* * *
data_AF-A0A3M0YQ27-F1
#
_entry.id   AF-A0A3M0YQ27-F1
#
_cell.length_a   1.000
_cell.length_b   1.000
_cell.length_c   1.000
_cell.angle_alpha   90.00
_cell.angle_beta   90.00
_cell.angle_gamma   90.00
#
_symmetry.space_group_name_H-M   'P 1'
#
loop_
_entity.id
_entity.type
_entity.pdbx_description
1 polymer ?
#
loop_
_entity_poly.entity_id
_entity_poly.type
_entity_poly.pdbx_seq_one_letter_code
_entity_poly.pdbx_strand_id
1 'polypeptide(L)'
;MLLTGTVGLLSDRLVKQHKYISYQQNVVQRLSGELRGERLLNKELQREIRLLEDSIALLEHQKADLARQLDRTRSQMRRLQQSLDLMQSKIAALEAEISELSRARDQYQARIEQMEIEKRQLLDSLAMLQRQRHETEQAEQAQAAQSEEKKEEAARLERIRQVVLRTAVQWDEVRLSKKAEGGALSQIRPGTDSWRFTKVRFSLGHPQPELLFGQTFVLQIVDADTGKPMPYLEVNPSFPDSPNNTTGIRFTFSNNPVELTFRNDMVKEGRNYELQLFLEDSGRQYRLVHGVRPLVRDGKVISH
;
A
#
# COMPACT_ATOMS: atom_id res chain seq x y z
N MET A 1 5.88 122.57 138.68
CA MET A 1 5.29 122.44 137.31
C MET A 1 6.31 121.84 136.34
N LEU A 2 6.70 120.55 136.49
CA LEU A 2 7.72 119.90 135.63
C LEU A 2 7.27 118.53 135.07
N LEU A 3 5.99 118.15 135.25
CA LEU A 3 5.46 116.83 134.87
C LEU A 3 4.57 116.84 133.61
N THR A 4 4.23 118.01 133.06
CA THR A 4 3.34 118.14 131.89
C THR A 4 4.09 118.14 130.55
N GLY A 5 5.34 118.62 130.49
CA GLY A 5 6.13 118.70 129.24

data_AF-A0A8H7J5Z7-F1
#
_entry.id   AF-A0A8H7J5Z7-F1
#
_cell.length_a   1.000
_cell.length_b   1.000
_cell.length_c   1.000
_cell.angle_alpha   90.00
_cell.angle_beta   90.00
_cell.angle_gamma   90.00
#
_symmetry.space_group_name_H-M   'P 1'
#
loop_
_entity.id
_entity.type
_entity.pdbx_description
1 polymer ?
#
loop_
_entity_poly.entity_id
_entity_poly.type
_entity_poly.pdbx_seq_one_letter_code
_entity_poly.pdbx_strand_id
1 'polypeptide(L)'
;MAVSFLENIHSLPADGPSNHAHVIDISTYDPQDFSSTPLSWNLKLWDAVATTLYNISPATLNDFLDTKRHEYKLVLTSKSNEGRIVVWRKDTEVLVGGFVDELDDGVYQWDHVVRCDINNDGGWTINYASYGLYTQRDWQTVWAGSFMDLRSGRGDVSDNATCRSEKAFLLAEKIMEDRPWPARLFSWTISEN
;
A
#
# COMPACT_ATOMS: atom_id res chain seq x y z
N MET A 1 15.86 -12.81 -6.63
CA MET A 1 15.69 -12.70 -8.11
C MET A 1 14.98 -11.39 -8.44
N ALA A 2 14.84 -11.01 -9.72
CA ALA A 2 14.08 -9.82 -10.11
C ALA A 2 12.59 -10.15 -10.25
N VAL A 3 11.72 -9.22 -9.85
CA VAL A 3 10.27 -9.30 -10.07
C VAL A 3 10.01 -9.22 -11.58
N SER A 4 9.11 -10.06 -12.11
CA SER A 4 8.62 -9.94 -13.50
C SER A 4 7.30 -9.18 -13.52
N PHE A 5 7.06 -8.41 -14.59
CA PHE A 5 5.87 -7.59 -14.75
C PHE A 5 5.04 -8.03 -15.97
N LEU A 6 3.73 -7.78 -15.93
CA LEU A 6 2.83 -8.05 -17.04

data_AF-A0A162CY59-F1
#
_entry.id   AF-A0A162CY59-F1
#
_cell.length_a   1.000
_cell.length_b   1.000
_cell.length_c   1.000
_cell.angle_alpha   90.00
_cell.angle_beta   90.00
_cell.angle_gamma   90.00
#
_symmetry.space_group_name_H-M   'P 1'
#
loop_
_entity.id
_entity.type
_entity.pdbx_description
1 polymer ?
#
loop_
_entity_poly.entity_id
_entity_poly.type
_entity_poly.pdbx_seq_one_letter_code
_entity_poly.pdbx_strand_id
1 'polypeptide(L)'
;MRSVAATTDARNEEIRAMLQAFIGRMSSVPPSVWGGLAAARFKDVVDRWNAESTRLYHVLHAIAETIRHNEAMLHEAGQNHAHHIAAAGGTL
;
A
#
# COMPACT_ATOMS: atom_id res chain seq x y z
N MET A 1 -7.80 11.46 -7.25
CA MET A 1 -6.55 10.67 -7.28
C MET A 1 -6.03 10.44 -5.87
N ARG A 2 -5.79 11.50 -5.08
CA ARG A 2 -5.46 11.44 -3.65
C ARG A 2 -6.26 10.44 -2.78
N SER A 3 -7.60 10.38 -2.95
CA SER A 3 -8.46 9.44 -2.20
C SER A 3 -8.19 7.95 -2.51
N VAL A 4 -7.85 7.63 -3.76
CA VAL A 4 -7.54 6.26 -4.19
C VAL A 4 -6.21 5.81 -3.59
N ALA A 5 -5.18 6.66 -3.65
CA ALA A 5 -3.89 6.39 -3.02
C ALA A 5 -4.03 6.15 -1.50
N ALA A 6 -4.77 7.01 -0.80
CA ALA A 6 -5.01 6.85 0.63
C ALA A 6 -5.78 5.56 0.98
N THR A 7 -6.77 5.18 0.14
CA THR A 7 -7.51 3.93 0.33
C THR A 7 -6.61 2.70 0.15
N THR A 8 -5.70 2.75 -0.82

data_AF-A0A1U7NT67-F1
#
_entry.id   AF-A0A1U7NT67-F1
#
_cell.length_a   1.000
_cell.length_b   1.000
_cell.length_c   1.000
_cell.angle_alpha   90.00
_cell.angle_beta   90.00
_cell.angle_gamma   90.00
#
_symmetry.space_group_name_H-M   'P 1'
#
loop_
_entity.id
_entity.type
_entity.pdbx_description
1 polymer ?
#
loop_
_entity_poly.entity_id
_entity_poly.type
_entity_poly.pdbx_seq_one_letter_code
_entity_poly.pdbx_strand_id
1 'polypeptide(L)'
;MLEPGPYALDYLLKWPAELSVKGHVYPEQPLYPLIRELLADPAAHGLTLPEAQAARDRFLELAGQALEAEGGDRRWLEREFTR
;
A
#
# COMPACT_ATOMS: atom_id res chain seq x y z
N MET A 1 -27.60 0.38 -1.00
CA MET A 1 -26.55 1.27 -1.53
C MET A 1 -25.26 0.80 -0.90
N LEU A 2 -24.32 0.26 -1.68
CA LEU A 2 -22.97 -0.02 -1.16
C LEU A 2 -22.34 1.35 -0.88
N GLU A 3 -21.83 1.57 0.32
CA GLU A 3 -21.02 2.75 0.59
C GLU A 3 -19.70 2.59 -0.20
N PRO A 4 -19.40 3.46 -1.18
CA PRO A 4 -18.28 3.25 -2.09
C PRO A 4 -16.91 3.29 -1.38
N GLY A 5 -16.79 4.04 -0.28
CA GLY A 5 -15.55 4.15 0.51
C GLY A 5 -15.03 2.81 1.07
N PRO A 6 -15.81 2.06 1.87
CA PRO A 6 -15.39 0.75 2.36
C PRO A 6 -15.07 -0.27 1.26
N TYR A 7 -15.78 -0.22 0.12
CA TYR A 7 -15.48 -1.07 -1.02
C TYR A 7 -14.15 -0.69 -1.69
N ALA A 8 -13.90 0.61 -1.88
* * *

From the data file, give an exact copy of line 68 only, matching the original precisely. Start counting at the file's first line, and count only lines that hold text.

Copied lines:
_entity_poly.pdbx_strand_id